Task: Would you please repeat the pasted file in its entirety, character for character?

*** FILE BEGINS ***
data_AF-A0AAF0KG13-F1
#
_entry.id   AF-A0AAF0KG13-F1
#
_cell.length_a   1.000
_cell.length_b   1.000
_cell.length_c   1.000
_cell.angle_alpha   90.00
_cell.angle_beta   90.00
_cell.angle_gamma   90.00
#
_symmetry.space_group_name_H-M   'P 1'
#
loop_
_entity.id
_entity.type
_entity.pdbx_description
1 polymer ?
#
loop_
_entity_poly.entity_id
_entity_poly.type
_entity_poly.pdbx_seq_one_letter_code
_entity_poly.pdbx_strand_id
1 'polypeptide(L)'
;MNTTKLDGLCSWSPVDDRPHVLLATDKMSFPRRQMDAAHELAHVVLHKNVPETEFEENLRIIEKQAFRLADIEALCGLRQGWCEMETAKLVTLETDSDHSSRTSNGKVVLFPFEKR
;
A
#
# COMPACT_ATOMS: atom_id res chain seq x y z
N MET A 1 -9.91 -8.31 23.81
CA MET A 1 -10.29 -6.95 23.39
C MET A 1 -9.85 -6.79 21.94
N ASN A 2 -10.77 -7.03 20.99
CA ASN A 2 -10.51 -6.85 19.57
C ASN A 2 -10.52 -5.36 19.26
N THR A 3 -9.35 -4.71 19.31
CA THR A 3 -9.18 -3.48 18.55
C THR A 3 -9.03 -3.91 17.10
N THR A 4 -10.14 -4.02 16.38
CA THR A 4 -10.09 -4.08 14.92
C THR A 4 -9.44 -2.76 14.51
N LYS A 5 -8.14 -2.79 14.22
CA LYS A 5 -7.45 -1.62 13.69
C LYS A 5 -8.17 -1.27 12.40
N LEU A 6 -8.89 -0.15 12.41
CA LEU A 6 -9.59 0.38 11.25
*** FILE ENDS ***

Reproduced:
data_AF-A0AAF0KG13-F1
#
_entry.id   AF-A0AAF0KG13-F1
#
_cell.length_a   1.000
_cell.length_b   1.000
_cell.length_c   1.000
_cell.angle_alpha   90.00
_cell.angle_beta   90.00
_cell.angle_gamma   90.00
#
_symmetry.space_group_name_H-M   'P 1'
#
loop_
_entity.id
_entity.type
_entity.pdbx_description
1 polymer ?
#
loop_
_entity_poly.entity_id
_entity_poly.type
_entity_poly.pdbx_seq_one_letter_code
_entity_poly.pdbx_strand_id
1 'polypeptide(L)'
;MNTTKLDGLCSWSPVDDRPHVLLATDKMSFPRRQMDAAHELAHVVLHKNVPETEFEENLRIIEKQAFRLADIEALCGLRQGWCEMETAKLVTLETDSDHSSRTSNGKVVLFPFEKR
;
A
#
# COMPACT_ATOMS: atom_id res chain seq x y z
N MET A 1 -9.91 -8.31 23.81
CA MET A 1 -10.29 -6.95 23.39
C MET A 1 -9.85 -6.79 21.94
N ASN A 2 -10.77 -7.03 20.99
CA ASN A 2 -10.51 -6.85 19.57
C ASN A 2 -10.52 -5.36 19.26
N THR A 3 -9.35 -4.71 19.31
CA THR A 3 -9.18 -3.48 18.55
C THR A 3 -9.03 -3.91 17.10
N THR A 4 -10.14 -4.02 16.38
CA THR A 4 -10.09 -4.08 14.92
C THR A 4 -9.44 -2.76 14.51
N LYS A 5 -8.14 -2.79 14.22
CA LYS A 5 -7.45 -1.62 13.69
C LYS A 5 -8.17 -1.27 12.40
N LEU A 6 -8.89 -0.15 12.41
CA LEU A 6 -9.59 0.38 11.25